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Re: [TowerTalk] SteppIR problem

Subject: Re: [TowerTalk] SteppIR problem
From: K4SAV <>
Date: Sun, 10 Jun 2007 22:16:39 -0500
List-post: <>
One minor correction to what I just wrote.  Each element requires 4 
wires, not 2, but they when they are measured from the controller end 
they will appear as 2 independent loads.


K4SAV wrote:

> Don't take that antenna down just yet.  It is much more likely that 
> the problem is on the ground.
> First some basic operational details that may help you understand 
> possible causes.  Maybe if I give you enough information you will 
> think of something that you didn't describe and didn't think about as 
> being the problem.  This is kinda long, but maybe it will be useful.  
> You probably don't need to know all this, but I don't know which part 
> you do need.
> It is true that the motors are current driven, and this current 
> regulation will work correctly provided there are no shorts on any of 
> the control wires. (It may work correctly if the short is only across 
> a motor winding.)  There is no current limiting or any other control 
> mechanism to save a driver IC should there be a short of one of the 
> control lines to ground or to any other line.  Without the controller 
> to radio serial cable there is no direct connection between power 
> supply DC ground and the case, however excessive current can be pulled 
> going thru the capacitance inside the power supply (about 15 nf 
> between AC ground and DC ground) should an output line be shorted to 
> ground.  With this serial cable there is a direct connection between 
> DC ground and earth ground so blowing the driver is much easier.  A 
> faulty surge suppressor can also be a problem.  Usually what happens 
> when there is a short of any kind, the driver IC will blow, and the 
> control box will go off.  If the box was on when this happened, the 
> box will go off and may then come back on.  If the short occurred 
> while the box was off, when turning the box on, the LEDs will blink 
> one time and the box will shut down.  The control box can be made to 
> come back on, but there will no longer be any control of the element 
> that has the problem.  Other elements may continue to function.
> A DC voltage applied by a ground loop in the system should have no 
> effect on the controller if there are no improper loads on the control 
> lines out to the antenna.  However if you have a transient suppressor 
> in the system and that loop voltage becomes high enough to break down 
> the transient suppressor, then it may damage the driver because then 
> the driver can dump excessive current thru the transient suppressor 
> (kinda unlikely).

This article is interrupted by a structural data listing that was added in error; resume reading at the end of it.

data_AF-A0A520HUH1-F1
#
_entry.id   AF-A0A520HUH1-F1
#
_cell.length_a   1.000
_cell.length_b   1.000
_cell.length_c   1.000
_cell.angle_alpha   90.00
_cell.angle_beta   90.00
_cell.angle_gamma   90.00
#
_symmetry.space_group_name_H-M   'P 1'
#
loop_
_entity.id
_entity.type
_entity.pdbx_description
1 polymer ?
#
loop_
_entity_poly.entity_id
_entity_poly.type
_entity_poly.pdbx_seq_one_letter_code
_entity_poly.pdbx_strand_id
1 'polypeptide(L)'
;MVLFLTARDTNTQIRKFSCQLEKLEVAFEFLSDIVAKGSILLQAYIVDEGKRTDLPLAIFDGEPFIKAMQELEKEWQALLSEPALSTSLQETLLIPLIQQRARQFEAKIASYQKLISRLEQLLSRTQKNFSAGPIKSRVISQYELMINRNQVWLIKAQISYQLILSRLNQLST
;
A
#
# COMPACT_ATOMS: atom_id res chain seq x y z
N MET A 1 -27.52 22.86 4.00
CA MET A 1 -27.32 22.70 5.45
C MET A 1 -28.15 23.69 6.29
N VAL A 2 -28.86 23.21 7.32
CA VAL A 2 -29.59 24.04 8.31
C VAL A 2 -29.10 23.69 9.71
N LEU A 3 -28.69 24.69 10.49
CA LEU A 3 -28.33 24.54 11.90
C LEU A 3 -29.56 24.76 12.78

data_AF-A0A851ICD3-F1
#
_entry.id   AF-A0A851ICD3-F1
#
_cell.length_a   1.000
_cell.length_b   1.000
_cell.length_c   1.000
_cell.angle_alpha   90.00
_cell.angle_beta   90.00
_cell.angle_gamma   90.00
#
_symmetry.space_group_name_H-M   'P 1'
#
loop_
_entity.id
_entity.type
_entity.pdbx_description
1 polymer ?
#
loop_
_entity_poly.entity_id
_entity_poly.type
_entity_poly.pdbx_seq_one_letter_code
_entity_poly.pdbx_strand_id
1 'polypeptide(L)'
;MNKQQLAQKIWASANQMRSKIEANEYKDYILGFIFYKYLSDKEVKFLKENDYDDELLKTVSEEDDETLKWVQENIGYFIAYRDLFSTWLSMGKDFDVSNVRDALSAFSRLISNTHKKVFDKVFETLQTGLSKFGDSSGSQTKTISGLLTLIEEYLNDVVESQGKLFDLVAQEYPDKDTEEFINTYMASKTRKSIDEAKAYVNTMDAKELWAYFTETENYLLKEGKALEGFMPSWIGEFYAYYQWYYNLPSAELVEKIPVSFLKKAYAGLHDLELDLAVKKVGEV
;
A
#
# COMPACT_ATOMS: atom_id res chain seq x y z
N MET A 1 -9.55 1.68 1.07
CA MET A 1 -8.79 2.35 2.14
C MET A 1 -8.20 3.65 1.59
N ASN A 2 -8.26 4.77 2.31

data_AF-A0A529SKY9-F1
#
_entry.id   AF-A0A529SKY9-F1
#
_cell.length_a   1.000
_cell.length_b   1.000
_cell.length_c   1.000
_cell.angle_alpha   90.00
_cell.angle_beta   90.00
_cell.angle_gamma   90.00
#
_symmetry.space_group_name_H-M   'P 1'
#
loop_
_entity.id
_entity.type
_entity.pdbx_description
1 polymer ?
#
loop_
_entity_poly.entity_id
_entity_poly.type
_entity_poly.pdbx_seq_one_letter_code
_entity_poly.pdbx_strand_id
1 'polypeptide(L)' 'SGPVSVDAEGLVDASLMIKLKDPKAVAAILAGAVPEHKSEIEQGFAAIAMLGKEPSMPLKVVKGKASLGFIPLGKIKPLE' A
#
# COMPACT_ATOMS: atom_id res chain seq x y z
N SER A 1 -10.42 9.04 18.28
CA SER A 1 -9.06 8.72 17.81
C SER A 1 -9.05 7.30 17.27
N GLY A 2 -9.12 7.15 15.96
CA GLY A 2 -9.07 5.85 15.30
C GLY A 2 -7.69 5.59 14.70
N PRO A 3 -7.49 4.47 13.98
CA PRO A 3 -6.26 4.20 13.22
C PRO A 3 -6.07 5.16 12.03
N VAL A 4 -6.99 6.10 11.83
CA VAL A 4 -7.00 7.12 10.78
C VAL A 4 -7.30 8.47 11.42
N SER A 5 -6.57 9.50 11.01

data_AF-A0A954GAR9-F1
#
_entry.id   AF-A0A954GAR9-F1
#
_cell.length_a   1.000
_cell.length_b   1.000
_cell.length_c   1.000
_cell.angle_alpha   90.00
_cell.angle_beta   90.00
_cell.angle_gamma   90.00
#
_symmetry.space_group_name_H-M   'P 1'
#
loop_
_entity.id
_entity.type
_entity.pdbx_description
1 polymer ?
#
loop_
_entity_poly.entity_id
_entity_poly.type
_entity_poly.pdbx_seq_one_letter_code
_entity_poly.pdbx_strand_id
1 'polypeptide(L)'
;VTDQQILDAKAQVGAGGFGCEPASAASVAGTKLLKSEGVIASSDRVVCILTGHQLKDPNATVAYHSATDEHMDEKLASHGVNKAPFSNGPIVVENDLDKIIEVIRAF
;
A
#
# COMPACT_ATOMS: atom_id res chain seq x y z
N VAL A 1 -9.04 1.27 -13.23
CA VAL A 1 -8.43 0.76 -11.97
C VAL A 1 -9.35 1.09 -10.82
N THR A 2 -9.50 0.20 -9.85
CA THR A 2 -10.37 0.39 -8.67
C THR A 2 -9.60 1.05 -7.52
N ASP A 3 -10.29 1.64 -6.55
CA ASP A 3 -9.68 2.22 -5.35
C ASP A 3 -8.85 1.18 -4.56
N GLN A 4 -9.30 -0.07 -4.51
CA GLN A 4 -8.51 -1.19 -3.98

> The box shutting down is usually the result of power supply overload, 
> causing the voltage to drop to a level which makes the control box 
> electronics malfunction.  You should have a 33 volt power supply.  If 
> that overload is a result of an improper load on one of the output 
> lines, you can bet that the box now has a dead driver IC.  This load 
> on the supply is usually removed when the driver IC blows (so it 
> shouldn't shut down again), however I wouldn't rule this out 
> entirely.  It is possible that the driver IC failed in a shorted state 
> and did not burn up traces inside the IC which is more common.  The 
> shut down could also be the result of a bad power supply in which case 
> the driver IC may still be good.
> A cable that is too long or has a too high resistance should not cause 
> the controller to shut down.  If the cable is long enough to drop 
> enough voltage such that the driver IC that does the current 
> regulation has no headroom left, and therefore cannot produce current 
> regulation, the element may not move to the proper position.  If the 
> length is marginal, it might be intermittent, sometimes moving to the 
> right position, or maybe close.  Settings may not be repeatable.  This 
> can cause some real head scratching.  This should not cause the 
> control box to shut down.
> A similar condition can result if there is too much capacitance on the 
> control lines, such as may happen when someone uses a surge suppressor 
> that also contains a bypass cap.  The current is regulated dynamically 
> by the IC.  It pulses the lines by shorting them to the supply, 
> measures the differential current being drawn, and then opens the 
> connection when a preset current limit is exceeded.  This is done a 
> relatively fast rate (I forget the frequency).  The IC is expecting 
> this current to gradually ramp up as it should do when driving an 
> inductor.  If there is a cap on the line, the current will rise very 
> quickly causing the driver to turn off, leaving the motor winding with 
> not enough drive current.  This will cause the element not to go to 
> the correct position, or it may only go part way to the correct 
> position.  An MOV that has too low of a rating or is shorted (even 
> temporarily) will blow the driver IC.
> Now that you know a little more about how it works, maybe this will 
> help in diagnosing the problem.  Now a few suggestions.
> 1.  When you say that the addition of the fourth element "killed" the 
> antenna, do you mean it didn't work properly, or the controller box 
> shut down?  If the control box is shutting down, then the problem can 
> be either the power supply or the controller.  Since you have replaced 
> the power supply that leaves the controller.  A one-time shut down of 
> the controller usually indicates a controller driver IC failure due to 
> a control line short, but a repeated shut down can indicate some other 
> problem inside the controller.  The reason for this may become more 
> obvious after you read the other info below.
> 2.  Disconnect the control box and do an ohmmeter test of all the 
> control lines to make sure there is an open circuit between all 
> control lines and ground, and check for an open between each line and